WASHINGTON, D.C. — On Wednesday the U.S. Food and Drug Administration ordered that manufacturers immediately halt distribution of ranitidine drugs, commonly known under the brand name Zantac.
The FDA said that this was part of an ongoing investigation into the drug over a contaminant called N-Nitrosodimethylamine (NDMA) in ranitidine medications.
"The agency has determined that the impurity in some ranitidine products increases over time and when stored at higher than room temperatures and may result in consumer exposure to unacceptable levels of this impurity," the FDA said in a statement.
Ranitidine products will not be available for prescription or over-the-counter use in the U.S. for the foreseeable future while the investigation continues.
According to the World Health Organization (WHO), NDMA can occur in drinking water through industrial waste or pesticides, and is "probably carcinogenic to humans," increasing the risk of cancer. Studies have yet to definitively quantify the risk of cancer from NDMA.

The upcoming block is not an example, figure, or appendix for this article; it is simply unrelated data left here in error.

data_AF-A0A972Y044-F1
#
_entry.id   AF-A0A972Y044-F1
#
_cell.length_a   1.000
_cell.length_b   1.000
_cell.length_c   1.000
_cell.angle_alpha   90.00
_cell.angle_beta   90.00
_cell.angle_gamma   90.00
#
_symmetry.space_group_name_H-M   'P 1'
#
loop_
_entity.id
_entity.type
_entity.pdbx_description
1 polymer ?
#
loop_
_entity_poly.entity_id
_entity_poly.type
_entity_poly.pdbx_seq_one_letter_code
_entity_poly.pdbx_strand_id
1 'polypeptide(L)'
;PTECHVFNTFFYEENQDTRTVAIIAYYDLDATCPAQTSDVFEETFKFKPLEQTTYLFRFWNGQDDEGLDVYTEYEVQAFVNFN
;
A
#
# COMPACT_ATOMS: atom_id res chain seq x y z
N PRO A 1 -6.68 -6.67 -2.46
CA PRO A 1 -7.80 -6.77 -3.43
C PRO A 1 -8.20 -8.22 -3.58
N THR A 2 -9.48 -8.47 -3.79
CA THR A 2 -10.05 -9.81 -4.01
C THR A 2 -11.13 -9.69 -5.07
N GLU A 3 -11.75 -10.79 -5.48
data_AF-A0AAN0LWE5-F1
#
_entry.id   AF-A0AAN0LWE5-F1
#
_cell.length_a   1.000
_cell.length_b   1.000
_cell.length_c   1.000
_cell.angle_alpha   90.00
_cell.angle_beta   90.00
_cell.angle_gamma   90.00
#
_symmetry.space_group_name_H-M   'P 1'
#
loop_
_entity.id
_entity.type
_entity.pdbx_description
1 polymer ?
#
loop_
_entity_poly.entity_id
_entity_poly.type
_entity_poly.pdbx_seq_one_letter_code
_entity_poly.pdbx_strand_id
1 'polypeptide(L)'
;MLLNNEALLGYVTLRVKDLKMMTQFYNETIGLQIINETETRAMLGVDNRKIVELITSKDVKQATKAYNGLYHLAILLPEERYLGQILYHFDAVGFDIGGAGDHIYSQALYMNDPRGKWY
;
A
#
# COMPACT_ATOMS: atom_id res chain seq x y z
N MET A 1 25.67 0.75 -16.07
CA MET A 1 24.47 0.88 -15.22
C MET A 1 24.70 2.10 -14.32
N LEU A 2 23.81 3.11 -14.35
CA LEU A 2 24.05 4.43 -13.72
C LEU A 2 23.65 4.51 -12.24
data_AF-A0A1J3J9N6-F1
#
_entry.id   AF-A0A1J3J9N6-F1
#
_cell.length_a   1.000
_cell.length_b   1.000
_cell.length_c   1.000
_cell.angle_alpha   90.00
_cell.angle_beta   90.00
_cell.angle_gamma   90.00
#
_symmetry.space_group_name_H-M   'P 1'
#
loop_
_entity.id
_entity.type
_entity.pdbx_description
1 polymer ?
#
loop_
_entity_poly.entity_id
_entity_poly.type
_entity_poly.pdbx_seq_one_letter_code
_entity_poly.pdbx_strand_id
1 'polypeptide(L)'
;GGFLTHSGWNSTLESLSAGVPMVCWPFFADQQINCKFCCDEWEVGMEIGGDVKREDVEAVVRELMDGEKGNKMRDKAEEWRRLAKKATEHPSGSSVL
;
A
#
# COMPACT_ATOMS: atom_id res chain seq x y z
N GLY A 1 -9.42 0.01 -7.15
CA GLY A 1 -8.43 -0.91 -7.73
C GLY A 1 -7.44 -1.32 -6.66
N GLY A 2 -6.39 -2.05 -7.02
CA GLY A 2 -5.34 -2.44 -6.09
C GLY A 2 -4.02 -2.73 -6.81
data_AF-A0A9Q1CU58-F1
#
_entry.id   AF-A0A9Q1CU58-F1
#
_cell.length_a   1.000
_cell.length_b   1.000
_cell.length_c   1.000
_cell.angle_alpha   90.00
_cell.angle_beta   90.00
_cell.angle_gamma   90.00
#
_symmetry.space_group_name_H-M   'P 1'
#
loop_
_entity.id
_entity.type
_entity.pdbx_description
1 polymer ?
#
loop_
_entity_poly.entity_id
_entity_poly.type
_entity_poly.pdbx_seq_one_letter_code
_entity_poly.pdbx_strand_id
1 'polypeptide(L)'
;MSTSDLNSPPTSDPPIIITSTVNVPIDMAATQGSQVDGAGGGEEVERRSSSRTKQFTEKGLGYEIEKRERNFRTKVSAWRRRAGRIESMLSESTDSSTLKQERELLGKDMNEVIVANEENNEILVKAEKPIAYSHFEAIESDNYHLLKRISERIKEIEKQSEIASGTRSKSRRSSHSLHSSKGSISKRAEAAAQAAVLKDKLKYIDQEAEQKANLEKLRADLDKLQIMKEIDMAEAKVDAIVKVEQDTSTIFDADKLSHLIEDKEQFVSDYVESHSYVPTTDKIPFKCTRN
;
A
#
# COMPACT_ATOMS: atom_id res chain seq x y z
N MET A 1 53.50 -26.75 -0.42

The FDA said that testing prompted by information from third-party laboratories confirmed that NDMA levels increased in ranitidine even under normal storage conditions, and NDMA has been found to increase significantly in samples stored at higher temperatures — including temperatures the product may be exposed to during distribution and handling by consumers.
The testing also showed that the older a ranitidine product is, or the longer the length of time since it was manufactured, the greater the level of NDMA. Those conditions could raise the level of NDMA in the ranitidine product above the acceptable daily intake limit.
— U.S. FDA (@US_FDA) April 1, 2020